Oil spill clean-up gets 'doggone' hairy
Dog fur is particularly good at cleaning up crude oil, according to a new study investigating sustainable options to clean up oil spill disasters. Together with human hair recycled from salons, recycled dog fur can be used as an effective and sustainable way to mop up dangerous environmental contaminants on land.
Oil spill disasters on land cause long-term damage for communities and the natural environment, polluting soils and sediments and contaminating groundwater. Current methods using synthetic sorbent materials can be effective for cleaning up oil spills, but these materials are often expensive and generate large volumes of non-biodegradable plastic wastes.
Now the first comparison of natural-origin sorbent materials for land-based oil spills, including peat moss, recycled human hair, and dog fur, shows that sustainable, cheaper and biodegradable options can be developed.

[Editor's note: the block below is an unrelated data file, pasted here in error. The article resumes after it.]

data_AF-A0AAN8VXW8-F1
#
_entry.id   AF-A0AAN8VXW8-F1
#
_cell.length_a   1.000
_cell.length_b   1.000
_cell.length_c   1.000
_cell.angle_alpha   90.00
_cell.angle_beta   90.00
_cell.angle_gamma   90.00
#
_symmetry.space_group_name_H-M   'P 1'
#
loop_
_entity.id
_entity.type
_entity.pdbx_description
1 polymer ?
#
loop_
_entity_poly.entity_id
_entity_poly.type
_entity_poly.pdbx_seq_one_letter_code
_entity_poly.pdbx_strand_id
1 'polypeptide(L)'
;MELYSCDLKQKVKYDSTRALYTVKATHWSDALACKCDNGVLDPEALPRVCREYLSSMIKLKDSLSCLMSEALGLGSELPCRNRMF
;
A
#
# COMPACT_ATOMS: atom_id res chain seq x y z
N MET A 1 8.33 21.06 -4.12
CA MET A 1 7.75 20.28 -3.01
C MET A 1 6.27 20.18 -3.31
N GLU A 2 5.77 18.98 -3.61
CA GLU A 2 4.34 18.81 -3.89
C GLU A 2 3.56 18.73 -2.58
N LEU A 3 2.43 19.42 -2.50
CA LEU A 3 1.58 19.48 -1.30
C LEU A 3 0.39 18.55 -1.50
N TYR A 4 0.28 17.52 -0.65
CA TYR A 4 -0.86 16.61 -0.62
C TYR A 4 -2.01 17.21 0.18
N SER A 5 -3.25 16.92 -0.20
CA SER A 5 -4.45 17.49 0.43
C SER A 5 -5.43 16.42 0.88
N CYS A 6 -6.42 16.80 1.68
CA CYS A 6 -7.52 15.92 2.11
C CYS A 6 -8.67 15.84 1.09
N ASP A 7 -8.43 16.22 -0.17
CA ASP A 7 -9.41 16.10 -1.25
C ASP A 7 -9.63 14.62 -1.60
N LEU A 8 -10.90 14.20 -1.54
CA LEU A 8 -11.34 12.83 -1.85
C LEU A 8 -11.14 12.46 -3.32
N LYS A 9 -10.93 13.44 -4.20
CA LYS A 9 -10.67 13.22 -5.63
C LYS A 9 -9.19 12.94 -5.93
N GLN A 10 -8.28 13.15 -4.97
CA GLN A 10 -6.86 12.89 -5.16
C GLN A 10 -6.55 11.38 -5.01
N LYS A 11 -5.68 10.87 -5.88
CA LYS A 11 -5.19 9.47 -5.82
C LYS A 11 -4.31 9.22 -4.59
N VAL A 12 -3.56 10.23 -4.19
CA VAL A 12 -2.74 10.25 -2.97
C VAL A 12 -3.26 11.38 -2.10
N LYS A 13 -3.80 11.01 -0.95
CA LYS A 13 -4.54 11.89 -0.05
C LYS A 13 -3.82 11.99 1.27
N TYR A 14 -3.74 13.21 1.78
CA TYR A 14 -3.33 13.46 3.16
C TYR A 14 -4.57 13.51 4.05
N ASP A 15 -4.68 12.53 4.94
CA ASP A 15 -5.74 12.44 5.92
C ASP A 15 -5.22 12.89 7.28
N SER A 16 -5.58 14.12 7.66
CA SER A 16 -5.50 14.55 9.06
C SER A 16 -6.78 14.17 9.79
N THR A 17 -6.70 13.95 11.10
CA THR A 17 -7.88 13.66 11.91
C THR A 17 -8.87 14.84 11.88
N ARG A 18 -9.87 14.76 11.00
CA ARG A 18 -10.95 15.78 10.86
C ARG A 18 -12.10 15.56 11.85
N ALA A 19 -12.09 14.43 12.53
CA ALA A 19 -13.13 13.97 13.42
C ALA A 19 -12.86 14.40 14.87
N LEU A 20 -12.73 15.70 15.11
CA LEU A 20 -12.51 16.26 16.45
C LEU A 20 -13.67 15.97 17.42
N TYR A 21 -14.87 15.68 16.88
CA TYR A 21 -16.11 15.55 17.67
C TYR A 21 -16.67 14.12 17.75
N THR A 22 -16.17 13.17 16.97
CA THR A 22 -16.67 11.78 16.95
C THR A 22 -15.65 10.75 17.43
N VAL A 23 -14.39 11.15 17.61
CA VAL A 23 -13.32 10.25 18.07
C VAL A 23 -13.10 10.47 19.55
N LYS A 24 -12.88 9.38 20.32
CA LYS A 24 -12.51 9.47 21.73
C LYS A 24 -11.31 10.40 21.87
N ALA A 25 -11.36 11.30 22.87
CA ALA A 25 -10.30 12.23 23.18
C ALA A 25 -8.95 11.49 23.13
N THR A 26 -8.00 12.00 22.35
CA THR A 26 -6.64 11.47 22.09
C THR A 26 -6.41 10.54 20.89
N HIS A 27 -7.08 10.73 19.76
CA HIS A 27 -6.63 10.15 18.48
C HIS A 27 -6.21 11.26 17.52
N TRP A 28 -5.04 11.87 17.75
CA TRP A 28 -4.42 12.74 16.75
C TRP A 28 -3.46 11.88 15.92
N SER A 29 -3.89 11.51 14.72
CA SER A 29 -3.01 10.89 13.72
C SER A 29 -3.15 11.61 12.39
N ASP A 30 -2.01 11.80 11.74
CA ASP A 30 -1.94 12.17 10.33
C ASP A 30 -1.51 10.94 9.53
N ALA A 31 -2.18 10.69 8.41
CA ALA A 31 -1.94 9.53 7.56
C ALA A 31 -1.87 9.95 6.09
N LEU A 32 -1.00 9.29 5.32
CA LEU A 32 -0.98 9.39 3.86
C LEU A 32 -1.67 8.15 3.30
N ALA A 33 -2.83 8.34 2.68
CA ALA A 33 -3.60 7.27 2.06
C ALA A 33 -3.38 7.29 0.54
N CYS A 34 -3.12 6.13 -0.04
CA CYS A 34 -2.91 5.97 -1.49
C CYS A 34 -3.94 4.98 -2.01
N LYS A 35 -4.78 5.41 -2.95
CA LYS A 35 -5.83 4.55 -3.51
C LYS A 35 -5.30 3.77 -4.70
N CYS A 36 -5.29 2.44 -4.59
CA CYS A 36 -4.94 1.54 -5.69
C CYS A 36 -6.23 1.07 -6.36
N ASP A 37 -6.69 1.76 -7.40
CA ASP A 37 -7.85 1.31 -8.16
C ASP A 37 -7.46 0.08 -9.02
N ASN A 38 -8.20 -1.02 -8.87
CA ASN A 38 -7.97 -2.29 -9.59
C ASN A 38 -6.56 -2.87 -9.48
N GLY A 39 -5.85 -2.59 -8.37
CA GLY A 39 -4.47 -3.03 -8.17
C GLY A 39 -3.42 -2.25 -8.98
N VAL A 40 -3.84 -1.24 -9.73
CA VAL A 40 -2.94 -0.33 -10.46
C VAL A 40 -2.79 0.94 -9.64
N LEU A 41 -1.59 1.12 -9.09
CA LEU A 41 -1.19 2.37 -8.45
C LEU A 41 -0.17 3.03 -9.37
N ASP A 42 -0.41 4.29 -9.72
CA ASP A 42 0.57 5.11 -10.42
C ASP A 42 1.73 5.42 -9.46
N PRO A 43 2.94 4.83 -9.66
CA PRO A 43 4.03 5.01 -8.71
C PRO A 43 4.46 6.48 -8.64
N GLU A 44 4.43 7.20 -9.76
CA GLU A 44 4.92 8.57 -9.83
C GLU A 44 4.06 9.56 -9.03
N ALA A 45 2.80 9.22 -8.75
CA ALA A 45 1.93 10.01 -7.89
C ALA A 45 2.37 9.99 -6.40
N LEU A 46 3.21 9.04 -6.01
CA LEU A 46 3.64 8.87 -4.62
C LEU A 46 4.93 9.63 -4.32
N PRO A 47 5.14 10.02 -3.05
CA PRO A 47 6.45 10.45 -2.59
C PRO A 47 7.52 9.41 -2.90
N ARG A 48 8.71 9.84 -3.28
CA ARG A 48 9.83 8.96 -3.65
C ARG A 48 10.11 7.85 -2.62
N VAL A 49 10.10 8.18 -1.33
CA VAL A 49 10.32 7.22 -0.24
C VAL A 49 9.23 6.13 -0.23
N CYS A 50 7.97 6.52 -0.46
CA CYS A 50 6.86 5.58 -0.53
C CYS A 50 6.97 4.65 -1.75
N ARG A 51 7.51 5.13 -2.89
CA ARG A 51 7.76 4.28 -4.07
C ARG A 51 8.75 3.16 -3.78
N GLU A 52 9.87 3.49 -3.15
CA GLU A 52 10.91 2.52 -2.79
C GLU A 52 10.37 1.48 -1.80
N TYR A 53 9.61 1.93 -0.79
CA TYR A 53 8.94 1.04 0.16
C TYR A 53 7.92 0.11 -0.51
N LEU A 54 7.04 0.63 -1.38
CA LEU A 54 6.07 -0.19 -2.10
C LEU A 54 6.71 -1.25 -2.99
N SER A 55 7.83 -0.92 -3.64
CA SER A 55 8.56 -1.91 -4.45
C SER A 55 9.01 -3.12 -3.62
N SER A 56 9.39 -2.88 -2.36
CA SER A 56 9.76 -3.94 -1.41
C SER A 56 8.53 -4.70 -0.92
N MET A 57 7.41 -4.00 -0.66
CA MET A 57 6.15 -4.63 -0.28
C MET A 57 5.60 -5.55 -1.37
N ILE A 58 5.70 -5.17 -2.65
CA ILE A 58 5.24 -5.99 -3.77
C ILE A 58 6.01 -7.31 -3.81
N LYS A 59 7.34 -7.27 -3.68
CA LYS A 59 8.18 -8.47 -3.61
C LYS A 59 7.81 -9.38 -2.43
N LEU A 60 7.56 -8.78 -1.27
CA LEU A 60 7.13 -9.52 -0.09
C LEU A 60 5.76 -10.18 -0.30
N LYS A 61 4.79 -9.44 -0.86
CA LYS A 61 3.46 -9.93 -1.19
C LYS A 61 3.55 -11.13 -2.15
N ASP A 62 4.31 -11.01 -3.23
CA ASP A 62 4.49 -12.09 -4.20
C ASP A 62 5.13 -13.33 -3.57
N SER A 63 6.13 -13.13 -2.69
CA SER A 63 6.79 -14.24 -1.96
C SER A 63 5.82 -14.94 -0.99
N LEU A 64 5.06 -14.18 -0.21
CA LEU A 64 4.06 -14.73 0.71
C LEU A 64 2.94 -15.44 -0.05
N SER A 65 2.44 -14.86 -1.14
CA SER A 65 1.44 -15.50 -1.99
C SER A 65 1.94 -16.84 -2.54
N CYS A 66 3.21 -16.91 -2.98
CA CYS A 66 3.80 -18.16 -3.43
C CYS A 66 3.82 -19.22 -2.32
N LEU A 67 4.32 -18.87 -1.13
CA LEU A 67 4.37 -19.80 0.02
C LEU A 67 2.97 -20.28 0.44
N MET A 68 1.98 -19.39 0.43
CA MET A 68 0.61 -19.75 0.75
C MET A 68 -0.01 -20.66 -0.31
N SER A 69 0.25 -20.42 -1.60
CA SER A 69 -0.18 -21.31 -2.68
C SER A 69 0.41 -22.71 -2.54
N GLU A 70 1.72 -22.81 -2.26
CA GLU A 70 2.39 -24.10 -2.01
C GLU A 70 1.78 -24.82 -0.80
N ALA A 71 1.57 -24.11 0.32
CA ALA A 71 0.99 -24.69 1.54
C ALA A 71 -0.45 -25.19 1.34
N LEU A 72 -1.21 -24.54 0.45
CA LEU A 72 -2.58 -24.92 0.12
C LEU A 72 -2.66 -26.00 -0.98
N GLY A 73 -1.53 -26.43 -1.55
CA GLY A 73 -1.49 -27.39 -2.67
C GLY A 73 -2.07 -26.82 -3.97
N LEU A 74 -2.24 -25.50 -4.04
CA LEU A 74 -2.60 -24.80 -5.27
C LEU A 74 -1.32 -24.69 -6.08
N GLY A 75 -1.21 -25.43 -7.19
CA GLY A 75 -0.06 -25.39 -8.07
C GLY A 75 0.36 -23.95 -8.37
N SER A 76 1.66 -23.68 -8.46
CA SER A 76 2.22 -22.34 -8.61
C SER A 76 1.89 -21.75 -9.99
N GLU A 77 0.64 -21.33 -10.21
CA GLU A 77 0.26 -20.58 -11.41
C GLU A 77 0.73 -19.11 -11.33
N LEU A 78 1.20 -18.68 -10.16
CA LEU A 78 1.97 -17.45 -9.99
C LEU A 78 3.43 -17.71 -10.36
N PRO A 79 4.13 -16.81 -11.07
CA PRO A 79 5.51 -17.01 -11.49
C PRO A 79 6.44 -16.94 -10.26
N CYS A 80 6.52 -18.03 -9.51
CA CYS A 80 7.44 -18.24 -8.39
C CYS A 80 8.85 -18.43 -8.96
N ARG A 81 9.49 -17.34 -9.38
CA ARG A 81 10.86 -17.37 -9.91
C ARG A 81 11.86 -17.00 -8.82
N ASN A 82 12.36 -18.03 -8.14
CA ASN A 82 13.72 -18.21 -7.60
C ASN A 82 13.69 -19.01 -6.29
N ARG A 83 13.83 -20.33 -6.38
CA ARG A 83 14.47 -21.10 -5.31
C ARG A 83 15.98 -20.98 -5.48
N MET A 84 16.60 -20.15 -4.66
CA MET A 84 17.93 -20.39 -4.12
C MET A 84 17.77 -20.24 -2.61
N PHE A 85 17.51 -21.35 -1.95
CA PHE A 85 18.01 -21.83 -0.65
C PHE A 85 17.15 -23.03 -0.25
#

The University of Technology Sydney (UTS) project found that dog fur and human hair products - recycled from salon wastes and dog groomers - can be just as good as synthetic fabrics at cleaning up crude oil spills on hard land surfaces like highway roads, pavement, and sealed concrete floors.
“Dog fur in particular was surprisingly good at oil spill clean-up, and felted mats from human hair and fur were very easy to apply and remove from the spills,” said lead author of the study, UTS Environmental Scientist Dr Megan Murray.
Continue reading at UTS Newsroom: Oil spill clean-up gets 'doggone' hairy